Buried Alive: Solitary Confinement in the U.S Detention System

Solitary confinement is a generic term used to describe a form of segregation or isolation in which people are held in total or near-total isolation. People in solitary confinement are generally held in small cells for 23 hours a day and rarely have contact with other people. Solitary confinement has historically been used to control and discipline detainees in a variety of settings, including federal and state prisons, local jails, and immigration and national security detention facilities. Unlike incarcerated prisoners, immigration and national security detainees are held not as punishment for a crime but as a preventive measure. Indeed, it is unlikely that these detainees will ever be charged with a crime.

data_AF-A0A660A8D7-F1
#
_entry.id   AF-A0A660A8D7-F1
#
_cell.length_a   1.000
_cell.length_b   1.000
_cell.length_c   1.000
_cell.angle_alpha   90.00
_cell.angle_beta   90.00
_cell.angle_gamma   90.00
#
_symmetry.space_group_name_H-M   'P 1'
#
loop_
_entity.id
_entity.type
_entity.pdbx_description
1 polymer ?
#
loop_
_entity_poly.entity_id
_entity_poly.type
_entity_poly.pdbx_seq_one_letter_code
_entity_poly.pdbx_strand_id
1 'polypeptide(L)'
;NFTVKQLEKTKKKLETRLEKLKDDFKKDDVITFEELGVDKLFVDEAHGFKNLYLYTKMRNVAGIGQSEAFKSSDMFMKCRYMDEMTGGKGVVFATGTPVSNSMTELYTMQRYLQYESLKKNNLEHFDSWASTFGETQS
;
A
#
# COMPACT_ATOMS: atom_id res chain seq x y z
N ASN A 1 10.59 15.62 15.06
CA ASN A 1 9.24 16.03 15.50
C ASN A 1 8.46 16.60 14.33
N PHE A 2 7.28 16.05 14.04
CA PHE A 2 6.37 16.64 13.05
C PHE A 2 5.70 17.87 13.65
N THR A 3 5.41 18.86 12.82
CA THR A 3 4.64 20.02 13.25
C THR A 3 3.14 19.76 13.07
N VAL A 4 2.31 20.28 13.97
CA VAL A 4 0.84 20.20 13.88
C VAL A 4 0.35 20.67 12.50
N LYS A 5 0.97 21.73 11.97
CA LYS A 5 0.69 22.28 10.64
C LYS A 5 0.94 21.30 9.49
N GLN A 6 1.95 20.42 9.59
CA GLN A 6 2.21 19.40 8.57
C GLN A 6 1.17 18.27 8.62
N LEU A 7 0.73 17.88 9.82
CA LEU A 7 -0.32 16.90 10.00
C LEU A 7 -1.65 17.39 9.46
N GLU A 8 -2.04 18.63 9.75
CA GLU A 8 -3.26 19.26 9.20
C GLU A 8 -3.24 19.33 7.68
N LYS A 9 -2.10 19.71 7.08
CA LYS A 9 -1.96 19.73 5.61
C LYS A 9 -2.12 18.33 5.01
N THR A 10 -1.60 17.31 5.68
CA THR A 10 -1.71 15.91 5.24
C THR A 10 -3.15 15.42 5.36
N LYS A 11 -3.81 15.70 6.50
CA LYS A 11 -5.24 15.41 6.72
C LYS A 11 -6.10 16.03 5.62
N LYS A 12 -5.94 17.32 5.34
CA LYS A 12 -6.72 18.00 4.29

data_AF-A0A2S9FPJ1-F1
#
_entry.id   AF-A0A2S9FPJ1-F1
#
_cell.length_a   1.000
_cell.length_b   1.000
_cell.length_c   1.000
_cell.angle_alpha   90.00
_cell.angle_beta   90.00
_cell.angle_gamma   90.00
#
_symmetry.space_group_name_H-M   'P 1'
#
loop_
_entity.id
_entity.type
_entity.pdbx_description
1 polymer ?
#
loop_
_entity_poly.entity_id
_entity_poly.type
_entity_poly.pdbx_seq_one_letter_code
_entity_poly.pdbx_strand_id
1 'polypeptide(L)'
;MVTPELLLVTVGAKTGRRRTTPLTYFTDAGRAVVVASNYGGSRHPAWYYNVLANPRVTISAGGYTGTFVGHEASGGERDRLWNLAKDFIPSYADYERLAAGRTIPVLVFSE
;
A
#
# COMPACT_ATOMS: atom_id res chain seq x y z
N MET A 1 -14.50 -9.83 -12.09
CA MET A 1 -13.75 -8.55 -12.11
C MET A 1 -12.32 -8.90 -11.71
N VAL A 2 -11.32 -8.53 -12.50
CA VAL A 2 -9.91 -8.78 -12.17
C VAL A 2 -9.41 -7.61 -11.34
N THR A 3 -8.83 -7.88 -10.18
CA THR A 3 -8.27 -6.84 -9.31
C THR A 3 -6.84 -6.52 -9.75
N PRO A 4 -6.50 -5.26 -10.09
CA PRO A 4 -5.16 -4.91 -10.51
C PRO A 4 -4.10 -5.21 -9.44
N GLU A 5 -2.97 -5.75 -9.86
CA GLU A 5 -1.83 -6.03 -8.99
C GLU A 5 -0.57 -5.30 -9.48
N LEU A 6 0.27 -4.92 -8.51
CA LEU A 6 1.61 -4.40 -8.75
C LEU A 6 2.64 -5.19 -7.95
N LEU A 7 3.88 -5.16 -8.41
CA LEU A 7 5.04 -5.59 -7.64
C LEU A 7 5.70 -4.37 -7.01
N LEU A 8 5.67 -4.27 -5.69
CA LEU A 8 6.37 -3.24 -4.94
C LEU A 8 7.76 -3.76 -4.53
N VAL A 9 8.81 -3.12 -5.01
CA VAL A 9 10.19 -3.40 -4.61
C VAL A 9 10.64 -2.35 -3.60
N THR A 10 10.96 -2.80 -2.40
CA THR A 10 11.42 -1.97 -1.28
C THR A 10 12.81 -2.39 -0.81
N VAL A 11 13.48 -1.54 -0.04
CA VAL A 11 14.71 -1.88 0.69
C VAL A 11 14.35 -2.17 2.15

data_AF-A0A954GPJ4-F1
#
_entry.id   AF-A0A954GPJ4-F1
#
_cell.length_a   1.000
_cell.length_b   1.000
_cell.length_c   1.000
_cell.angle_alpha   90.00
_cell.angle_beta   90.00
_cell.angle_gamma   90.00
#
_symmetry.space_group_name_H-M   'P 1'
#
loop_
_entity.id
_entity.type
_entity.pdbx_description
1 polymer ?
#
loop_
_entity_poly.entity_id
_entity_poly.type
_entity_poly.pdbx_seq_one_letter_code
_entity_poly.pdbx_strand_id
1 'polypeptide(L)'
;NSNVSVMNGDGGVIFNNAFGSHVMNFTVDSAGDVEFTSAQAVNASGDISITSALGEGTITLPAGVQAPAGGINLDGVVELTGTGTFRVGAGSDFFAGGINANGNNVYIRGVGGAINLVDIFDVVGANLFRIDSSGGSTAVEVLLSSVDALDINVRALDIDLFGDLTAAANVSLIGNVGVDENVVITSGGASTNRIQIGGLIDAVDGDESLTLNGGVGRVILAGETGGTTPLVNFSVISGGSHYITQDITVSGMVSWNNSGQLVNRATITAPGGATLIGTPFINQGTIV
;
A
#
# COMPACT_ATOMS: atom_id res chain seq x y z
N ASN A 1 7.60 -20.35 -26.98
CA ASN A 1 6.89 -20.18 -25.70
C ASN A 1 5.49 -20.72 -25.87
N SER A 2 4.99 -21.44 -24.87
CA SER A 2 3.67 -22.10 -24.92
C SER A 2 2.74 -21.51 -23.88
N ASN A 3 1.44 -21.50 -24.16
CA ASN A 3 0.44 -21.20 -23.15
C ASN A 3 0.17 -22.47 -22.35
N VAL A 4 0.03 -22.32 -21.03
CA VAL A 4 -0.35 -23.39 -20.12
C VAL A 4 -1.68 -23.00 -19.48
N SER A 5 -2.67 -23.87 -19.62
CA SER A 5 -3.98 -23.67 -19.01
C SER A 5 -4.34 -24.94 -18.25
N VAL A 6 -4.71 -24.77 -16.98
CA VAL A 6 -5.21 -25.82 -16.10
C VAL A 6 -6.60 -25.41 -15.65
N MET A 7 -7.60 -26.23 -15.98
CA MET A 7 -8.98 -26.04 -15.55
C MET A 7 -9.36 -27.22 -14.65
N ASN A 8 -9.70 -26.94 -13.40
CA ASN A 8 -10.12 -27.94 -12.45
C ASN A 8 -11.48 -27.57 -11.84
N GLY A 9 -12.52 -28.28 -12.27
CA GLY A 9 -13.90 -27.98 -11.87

For these people, solitary confinement then becomes entirely punitive, with dire consequences for their mental and physical health. Immigration and national security detainees are particularly likely to be held in isolation for prolonged periods because their precarious legal status makes them less able to challenge their conditions of confinement, including placement in isolation.

A review of the medical literature on solitary confinement provides convincing evidence that isolation has severe psychological and physical effects. These effects are exacerbated if the person has previously been subject to torture and abuse, as is often the case with many immigration and national security detainees.

Even relatively short periods in solitary confinement can cause severe and lasting physiological and psychological harm. Moreover, in many cases, the resulting harm rises to the level of torture or cruel, inhuman, and degrading treatment, in violation of domestic and international law. The unequivocal position of Physicians for Human Rights is that solitary confinement should not be used at all in immigration and national security detention.

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